NEW YORK (Reuters) - U.S. investors favored international stock markets, pushing $4.1 billion into equity funds focused abroad during the most recent week, dodging risks at home, Lipper data showed on Thursday.
Domestic stocks funds took in just $631 million during the week ended November 8, Lipper said. The data covers mutual funds and exchange-traded funds (ETFs) based in the United States.
The small haul for domestic stocks comes as investors question whether competing Republican proposals to change the U.S. tax code will be merged into a plan that can gain congressional approval this year.
A corporate tax cut would boost profits, but Senate Republicans are unveiling a proposal that differs markedly from legislation detailed by their counterparts in the House of Representatives.
Non-domestic funds have pulled in $149 billion this year, compared to their domestic counterparts, which have recorded outflows of $13 billion.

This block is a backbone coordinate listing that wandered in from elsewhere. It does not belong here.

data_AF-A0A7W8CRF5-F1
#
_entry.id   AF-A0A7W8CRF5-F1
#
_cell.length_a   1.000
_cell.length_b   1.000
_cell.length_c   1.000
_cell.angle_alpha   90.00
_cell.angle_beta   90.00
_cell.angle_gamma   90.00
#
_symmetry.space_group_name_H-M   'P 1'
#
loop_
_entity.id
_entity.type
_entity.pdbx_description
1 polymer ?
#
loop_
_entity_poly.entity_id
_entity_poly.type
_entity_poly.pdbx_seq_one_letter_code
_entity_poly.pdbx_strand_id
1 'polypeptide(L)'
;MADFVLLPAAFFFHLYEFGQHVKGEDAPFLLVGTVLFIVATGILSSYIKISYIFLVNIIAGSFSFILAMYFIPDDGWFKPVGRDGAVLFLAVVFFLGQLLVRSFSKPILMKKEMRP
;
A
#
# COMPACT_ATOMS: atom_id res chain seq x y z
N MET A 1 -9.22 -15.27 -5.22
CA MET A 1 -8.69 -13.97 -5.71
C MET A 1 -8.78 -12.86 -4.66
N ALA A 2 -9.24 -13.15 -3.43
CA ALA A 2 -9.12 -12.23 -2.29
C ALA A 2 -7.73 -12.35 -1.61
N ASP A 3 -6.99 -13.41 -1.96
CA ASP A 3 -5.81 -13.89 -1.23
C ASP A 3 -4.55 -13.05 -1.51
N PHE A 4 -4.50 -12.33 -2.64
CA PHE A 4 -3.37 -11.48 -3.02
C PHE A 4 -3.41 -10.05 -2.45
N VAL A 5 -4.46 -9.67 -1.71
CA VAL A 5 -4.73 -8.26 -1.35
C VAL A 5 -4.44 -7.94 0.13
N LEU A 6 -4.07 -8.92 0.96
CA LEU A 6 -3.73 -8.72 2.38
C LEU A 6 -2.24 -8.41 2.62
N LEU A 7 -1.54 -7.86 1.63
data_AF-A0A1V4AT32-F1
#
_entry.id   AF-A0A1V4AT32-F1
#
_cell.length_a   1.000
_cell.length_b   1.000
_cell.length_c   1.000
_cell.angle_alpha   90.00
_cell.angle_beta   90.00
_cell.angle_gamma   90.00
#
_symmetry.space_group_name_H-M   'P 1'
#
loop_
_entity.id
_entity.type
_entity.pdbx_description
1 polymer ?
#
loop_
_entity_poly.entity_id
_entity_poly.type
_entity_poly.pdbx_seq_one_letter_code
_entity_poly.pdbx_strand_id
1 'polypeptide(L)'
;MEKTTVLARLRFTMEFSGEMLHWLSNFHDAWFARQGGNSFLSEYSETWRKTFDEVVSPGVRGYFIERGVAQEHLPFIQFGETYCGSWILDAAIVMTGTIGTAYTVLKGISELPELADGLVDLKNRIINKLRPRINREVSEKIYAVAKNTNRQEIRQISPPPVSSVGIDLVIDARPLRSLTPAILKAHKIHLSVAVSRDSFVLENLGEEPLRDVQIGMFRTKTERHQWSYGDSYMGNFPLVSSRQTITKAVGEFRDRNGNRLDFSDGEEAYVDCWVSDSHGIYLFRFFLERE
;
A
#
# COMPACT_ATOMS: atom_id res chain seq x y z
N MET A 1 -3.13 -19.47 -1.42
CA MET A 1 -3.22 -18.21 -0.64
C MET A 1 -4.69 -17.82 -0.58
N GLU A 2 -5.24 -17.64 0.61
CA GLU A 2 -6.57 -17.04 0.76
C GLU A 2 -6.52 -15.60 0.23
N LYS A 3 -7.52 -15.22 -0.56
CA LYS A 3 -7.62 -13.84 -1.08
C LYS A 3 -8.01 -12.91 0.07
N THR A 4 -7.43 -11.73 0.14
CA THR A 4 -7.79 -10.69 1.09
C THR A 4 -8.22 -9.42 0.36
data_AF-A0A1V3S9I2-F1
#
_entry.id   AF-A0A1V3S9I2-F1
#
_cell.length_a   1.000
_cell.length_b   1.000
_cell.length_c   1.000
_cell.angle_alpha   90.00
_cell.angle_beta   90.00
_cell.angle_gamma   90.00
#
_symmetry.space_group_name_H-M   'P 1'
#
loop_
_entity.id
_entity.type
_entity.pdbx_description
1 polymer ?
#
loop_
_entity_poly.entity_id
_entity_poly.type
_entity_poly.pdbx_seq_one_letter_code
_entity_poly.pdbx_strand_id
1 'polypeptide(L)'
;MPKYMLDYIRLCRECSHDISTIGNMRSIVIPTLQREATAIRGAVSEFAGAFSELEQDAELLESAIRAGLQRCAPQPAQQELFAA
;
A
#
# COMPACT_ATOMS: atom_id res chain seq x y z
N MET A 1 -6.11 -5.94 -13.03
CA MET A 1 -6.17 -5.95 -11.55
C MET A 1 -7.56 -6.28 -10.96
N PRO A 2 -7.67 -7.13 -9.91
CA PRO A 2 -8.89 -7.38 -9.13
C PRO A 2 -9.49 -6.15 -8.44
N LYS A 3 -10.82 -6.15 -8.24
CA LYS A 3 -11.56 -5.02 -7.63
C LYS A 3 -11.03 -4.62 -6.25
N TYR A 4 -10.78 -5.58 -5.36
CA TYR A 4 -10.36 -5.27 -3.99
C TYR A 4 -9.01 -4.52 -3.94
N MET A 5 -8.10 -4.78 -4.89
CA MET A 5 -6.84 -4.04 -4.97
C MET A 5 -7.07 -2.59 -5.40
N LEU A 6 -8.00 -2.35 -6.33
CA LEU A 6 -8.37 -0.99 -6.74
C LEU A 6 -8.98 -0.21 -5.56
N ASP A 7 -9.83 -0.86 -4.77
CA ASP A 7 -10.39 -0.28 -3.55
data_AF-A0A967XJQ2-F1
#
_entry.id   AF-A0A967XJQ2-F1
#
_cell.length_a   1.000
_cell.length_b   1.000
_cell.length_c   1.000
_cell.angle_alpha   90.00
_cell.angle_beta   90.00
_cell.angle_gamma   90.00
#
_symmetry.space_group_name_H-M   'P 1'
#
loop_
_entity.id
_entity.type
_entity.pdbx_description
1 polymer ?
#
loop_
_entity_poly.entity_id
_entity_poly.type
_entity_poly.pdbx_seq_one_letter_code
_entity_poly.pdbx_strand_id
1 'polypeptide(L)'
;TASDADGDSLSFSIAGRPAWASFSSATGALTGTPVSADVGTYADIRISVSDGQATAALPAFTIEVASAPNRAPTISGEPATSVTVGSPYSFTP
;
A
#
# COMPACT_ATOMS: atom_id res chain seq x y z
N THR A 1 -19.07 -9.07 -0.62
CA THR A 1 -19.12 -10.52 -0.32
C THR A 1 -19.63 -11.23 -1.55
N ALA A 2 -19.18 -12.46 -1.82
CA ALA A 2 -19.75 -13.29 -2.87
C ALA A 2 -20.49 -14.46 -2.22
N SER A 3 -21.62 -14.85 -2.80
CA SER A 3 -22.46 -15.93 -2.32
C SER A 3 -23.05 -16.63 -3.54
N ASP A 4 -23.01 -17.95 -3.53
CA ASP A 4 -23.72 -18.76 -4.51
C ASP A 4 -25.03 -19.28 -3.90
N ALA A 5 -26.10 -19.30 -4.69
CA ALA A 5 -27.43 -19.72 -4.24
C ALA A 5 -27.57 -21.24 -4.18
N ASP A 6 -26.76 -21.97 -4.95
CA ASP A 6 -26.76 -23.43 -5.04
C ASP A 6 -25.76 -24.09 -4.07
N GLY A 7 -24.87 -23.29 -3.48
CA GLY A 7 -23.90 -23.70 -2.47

Cameron Brandt, director of research at EPFR Global, said the record-setting inflows into global-focused funds are less an endorsement of risk-taking than a demonstration of the “anxiety” investors have about U.S. markets.
“It’s a sign that they are uncertain about the near-term economic outlook,” he said.
The flows may also constitute an endorsement of faster-growing developed markets abroad.
U.S.-based stock funds that invest in Japan took in $758 million, the most since March 2015. European stock fund inflows of $317 million were the biggest since July.
“The market is doing well, the yen is getting weaker and investors are seeing that,” said Tom Roseen, head of research services for Thomson Reuters’ Lipper research unit.
“The pedal is to the metal for a lot of investors.”
In bond land, U.S.-based corporate investment-grade bond funds attracted $1.3 billion over the weekly period, the sector’s 8th straight week of inflows, Lipper said.
Reporting by Trevor Hunnicutt; Editing by Jennifer Ablan